Cornell University iGEM
Caused by an immune response to bacterial infection of the teat canal in the udder of a cow, mastitis can cause permanent damage to the milk-secreting ducts and tissues of a cow and contaminates the milk that is subsequently released after infection. The contamination of milk as well as the painful and sometimes fatal consequences to the cow can be a huge economic loss to dairy farmers. If contamination is found, the milk must be thrown away and the cow cannot be milked for a certain period of time while it is being treated with antibiotics. Treatment and control of mastitis is one of the biggest costs to the dairy industry; while there is a Mastitis Control Plan that has been released by the AHDB(Agriculture and Horticulture Development Board), this method has only seen a 36% reduction in mastitis. The major pathogens that can cause mastitis can be transferred to the inside of the udder during the milking process and thus, disinfection of the milking machine is an important but not completely sure way of preventing the spread of mastitis.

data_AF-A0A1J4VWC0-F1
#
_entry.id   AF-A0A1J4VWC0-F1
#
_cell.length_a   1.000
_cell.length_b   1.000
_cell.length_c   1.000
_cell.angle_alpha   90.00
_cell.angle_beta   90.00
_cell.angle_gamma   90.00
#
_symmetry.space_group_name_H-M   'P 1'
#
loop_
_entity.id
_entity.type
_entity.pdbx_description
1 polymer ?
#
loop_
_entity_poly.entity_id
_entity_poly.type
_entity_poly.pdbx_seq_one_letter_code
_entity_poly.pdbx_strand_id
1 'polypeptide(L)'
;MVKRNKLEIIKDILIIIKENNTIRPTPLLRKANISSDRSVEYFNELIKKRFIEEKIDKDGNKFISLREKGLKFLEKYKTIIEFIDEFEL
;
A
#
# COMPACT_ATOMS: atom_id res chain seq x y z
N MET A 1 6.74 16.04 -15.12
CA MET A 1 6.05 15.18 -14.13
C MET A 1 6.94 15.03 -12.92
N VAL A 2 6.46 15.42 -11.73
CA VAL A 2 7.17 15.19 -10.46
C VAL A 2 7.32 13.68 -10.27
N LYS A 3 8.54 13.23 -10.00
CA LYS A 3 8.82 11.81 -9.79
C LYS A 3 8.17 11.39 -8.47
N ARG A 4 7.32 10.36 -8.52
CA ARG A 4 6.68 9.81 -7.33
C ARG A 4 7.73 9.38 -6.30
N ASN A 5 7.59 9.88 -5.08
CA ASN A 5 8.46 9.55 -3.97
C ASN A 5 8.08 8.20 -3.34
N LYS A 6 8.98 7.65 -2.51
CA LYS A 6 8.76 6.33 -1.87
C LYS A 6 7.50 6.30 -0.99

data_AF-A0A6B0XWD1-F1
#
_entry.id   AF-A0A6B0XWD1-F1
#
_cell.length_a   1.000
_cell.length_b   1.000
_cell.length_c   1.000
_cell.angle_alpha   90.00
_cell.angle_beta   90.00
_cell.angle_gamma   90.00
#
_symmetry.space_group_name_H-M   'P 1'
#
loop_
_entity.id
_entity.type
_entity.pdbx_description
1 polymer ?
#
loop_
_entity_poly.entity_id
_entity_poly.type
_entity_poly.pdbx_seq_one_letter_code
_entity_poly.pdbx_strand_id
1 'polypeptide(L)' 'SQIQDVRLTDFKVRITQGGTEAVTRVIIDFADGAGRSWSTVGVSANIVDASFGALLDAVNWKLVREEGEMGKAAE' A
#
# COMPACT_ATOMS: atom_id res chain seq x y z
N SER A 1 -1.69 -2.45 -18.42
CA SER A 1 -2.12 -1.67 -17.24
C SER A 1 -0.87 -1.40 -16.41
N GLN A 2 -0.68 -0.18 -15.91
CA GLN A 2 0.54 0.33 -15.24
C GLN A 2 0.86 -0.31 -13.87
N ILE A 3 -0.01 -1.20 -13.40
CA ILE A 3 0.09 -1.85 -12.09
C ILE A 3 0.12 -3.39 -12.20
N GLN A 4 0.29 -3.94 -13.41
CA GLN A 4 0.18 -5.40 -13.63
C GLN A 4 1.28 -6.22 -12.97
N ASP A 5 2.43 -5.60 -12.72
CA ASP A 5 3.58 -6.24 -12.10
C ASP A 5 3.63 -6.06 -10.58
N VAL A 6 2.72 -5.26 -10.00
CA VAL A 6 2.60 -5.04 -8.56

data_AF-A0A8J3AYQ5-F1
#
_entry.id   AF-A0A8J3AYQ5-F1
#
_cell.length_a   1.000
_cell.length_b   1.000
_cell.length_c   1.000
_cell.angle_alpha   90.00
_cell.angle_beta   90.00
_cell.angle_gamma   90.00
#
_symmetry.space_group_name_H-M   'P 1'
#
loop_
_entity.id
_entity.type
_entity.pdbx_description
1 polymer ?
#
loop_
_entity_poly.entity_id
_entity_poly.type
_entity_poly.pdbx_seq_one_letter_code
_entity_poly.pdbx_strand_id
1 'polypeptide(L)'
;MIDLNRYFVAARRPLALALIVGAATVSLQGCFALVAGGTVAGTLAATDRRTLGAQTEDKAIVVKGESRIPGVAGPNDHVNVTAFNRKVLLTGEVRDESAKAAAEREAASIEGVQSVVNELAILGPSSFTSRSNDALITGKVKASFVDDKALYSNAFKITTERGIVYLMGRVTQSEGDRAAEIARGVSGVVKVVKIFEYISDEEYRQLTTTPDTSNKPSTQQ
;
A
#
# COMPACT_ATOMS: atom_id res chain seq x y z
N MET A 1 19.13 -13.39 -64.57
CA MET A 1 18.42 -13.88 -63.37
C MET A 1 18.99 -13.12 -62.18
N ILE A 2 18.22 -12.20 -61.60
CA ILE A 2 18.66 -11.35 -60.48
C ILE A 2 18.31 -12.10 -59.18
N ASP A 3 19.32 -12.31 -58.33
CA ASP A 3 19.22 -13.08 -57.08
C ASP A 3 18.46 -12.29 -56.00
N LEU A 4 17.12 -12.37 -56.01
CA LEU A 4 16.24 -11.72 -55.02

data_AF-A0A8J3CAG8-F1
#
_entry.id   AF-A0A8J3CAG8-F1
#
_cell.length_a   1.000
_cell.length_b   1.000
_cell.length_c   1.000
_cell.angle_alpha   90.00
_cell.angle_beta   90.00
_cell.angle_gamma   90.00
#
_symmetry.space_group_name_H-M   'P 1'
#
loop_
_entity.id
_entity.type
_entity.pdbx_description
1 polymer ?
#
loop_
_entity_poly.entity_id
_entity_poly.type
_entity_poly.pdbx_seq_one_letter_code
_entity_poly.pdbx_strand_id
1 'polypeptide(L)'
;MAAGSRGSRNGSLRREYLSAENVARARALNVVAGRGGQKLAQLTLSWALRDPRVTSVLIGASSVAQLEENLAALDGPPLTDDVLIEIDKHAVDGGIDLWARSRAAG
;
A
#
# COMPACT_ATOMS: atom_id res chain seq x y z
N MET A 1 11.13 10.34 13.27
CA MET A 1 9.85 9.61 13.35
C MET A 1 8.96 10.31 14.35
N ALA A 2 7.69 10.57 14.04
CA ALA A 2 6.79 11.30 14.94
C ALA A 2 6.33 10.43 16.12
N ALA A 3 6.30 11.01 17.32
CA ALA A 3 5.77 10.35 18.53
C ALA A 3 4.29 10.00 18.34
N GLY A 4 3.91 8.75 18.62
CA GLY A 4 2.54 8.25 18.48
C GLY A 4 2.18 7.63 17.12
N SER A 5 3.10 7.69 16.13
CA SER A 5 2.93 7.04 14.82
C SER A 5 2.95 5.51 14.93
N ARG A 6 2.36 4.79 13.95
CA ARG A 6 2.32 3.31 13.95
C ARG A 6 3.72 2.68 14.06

Similar to our project from last year, Cornell iGEM aims to genetically engineer E. coli to create a protein to help fight against the bacterial infection in the infected cow’s udder to prevent further spread of the disease. We hope to find a more natural way than using antibiotics to fight this disease to make it easier on dairy farmers who have to constantly worry about a mastitis outbreak. Additionally, we are designing improvements to current milking machines used in industry to prevent mastitis. We are also aiming to help farmers by creating a mobile app to manage disease outbreaks.